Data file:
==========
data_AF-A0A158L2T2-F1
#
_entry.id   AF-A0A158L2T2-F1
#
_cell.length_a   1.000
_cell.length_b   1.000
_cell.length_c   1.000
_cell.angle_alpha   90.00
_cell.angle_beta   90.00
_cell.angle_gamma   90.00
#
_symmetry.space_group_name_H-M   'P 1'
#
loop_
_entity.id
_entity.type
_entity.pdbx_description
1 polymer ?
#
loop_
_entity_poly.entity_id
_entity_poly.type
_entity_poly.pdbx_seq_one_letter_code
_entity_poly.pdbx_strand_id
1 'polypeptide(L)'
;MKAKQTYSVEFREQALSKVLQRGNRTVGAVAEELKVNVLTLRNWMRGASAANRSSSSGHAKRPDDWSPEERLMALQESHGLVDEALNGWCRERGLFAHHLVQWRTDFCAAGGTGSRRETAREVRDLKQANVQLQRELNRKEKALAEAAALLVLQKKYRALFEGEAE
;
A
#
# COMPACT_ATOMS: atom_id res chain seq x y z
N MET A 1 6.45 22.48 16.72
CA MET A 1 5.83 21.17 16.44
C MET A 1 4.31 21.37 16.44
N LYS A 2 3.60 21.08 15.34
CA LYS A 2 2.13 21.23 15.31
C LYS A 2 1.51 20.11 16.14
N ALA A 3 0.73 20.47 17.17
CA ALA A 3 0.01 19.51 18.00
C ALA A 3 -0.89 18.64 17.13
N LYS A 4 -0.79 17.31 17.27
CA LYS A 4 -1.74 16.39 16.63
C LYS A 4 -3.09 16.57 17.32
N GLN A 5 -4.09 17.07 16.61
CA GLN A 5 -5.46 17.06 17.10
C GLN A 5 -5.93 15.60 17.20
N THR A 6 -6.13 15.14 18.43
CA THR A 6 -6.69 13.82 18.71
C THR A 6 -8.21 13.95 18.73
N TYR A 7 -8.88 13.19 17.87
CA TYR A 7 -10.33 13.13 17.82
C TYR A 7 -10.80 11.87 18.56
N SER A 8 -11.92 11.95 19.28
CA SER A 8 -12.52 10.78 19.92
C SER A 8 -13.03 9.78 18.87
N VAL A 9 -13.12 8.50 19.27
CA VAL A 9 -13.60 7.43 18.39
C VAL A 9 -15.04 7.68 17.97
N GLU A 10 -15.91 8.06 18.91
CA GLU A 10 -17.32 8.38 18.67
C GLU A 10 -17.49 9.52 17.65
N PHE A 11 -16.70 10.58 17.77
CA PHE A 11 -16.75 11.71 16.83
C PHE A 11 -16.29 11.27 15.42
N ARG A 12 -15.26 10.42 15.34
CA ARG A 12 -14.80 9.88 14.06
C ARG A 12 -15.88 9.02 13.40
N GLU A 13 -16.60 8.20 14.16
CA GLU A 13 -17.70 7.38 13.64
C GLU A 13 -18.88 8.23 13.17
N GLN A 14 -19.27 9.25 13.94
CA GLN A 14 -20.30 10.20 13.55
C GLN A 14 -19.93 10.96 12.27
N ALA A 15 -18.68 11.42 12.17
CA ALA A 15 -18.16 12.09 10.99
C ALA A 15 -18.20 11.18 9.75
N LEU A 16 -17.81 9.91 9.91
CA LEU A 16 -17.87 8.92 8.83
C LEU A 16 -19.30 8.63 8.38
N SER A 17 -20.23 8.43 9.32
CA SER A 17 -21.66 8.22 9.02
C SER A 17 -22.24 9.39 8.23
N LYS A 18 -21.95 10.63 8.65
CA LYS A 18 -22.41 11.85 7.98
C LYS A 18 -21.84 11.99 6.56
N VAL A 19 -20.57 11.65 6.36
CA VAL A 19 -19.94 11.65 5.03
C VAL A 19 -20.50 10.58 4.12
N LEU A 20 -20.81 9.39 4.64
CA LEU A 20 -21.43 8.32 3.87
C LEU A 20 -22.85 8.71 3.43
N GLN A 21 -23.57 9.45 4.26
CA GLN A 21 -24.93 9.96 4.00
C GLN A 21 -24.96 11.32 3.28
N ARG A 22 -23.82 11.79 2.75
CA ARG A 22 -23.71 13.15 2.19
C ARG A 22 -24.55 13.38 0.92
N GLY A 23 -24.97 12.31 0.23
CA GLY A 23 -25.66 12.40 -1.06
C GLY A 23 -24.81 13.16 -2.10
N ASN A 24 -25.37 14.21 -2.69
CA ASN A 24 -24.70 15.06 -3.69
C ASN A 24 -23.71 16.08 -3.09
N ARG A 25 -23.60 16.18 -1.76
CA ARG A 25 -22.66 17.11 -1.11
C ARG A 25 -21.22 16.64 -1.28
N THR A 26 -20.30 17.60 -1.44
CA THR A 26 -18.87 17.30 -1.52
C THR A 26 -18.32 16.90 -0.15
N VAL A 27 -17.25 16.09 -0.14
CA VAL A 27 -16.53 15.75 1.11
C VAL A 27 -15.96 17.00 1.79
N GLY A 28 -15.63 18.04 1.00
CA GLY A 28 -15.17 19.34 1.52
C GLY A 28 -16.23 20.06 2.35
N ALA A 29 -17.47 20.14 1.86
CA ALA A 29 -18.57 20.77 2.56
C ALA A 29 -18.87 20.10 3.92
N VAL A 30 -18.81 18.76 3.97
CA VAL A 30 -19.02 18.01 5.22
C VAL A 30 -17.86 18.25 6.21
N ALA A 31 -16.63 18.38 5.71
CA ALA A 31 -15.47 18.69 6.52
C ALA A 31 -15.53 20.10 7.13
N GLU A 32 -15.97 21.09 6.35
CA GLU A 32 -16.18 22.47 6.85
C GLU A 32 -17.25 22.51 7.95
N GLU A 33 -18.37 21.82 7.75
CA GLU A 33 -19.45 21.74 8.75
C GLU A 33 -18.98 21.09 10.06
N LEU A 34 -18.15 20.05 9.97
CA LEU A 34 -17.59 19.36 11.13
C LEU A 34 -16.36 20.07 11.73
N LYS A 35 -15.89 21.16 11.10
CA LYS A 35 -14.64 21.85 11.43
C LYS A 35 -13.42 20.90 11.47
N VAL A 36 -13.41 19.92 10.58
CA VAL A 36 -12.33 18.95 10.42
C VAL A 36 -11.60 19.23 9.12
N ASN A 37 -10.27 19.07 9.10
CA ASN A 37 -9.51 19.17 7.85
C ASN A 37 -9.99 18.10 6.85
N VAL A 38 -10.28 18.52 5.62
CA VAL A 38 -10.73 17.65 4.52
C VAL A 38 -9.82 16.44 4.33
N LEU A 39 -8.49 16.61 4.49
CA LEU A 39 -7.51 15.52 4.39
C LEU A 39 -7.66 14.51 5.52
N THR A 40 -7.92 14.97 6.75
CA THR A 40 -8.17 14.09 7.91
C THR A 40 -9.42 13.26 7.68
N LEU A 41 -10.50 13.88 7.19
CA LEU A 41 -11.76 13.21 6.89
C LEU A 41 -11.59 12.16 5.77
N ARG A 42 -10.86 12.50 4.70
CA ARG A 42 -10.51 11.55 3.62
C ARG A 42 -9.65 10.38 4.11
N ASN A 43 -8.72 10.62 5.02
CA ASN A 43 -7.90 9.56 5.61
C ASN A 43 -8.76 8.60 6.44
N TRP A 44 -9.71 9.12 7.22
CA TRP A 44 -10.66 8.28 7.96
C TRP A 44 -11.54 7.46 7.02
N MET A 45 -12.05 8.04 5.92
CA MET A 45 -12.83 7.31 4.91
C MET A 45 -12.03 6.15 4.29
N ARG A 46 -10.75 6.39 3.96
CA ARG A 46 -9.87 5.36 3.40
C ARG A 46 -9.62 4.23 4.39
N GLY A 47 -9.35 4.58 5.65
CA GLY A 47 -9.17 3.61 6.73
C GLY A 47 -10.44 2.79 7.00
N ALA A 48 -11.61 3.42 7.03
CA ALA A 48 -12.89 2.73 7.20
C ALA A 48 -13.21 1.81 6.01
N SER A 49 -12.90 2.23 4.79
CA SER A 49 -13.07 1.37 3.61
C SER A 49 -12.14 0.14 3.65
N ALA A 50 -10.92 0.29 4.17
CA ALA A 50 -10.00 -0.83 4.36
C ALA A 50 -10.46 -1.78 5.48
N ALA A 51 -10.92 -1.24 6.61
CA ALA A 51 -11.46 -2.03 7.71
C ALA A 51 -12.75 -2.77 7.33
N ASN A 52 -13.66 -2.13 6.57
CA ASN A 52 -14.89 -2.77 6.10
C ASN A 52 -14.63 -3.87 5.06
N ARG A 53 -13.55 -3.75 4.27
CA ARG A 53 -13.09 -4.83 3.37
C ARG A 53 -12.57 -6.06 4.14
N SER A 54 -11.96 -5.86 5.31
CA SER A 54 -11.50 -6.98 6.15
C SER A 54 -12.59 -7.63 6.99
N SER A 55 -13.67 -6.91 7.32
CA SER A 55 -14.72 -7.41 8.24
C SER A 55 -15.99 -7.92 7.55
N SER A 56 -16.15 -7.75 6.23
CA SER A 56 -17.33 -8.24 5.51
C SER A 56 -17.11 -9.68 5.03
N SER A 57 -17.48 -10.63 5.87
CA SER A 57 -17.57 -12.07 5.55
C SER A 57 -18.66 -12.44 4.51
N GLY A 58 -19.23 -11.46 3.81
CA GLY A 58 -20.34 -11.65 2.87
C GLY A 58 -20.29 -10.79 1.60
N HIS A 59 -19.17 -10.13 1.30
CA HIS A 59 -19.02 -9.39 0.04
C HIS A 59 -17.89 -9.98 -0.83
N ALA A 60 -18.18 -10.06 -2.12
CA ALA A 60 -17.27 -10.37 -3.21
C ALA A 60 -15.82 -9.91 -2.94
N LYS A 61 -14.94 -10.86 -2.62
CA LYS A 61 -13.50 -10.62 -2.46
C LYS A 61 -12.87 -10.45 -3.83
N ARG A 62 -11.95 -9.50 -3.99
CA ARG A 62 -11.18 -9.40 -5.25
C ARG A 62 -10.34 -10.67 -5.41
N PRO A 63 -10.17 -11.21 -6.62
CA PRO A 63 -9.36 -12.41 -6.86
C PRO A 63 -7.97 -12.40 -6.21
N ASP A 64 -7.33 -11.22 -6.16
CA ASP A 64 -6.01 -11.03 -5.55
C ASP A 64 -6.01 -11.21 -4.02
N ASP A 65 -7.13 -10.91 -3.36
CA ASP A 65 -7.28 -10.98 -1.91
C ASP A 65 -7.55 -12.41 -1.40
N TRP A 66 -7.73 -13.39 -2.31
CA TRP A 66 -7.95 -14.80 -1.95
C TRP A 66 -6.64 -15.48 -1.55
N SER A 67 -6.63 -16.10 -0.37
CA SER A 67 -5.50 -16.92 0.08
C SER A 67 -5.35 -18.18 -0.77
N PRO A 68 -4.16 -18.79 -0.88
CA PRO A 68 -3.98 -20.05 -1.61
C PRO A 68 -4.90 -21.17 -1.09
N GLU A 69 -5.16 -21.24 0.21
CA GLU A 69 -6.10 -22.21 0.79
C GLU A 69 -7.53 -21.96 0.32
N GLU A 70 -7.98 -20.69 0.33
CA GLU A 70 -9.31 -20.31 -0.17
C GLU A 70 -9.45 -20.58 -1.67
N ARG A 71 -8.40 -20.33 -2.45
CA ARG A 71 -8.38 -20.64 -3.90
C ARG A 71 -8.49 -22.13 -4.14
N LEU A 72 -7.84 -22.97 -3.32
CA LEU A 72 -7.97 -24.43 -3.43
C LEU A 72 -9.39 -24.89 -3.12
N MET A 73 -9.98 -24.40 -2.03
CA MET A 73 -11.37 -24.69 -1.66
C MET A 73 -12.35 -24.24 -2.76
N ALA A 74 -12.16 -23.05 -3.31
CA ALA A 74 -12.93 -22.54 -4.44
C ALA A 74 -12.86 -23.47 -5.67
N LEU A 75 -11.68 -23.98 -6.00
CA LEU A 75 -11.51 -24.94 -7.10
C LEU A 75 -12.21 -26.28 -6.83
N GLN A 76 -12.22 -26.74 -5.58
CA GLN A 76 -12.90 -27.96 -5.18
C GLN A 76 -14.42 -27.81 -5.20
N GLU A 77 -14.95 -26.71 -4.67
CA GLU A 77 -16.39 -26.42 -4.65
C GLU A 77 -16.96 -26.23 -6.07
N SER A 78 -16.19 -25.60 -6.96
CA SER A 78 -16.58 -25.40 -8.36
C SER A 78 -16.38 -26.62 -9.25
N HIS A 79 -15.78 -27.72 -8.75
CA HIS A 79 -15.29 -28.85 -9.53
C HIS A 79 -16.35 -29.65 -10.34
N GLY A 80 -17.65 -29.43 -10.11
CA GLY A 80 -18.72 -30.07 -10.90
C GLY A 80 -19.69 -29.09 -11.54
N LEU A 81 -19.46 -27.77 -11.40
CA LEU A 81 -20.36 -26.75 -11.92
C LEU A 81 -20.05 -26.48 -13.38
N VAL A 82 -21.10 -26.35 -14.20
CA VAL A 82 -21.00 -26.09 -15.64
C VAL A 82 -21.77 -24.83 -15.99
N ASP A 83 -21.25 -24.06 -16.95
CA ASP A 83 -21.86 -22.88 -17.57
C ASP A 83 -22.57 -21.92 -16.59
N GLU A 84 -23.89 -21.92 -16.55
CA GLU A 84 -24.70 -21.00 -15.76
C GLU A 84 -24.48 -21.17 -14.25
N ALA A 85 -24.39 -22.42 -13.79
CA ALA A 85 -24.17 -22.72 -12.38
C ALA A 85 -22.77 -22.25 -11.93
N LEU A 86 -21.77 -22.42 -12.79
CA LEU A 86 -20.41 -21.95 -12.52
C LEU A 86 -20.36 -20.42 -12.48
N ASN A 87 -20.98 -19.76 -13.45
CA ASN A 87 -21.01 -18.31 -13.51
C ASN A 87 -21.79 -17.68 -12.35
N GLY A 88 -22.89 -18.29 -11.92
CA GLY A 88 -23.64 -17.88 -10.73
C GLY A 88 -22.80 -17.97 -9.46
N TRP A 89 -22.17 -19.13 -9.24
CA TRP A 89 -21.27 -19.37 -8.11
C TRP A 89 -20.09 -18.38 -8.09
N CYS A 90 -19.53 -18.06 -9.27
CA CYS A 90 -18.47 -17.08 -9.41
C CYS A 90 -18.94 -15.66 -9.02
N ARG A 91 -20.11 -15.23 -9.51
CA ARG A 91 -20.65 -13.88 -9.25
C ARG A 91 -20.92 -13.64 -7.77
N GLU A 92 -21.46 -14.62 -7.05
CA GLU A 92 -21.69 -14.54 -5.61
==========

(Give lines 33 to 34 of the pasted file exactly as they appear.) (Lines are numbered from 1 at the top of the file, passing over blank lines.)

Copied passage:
C MET A 1 4.31 21.37 16.44
N LYS A 2 3.60 21.08 15.34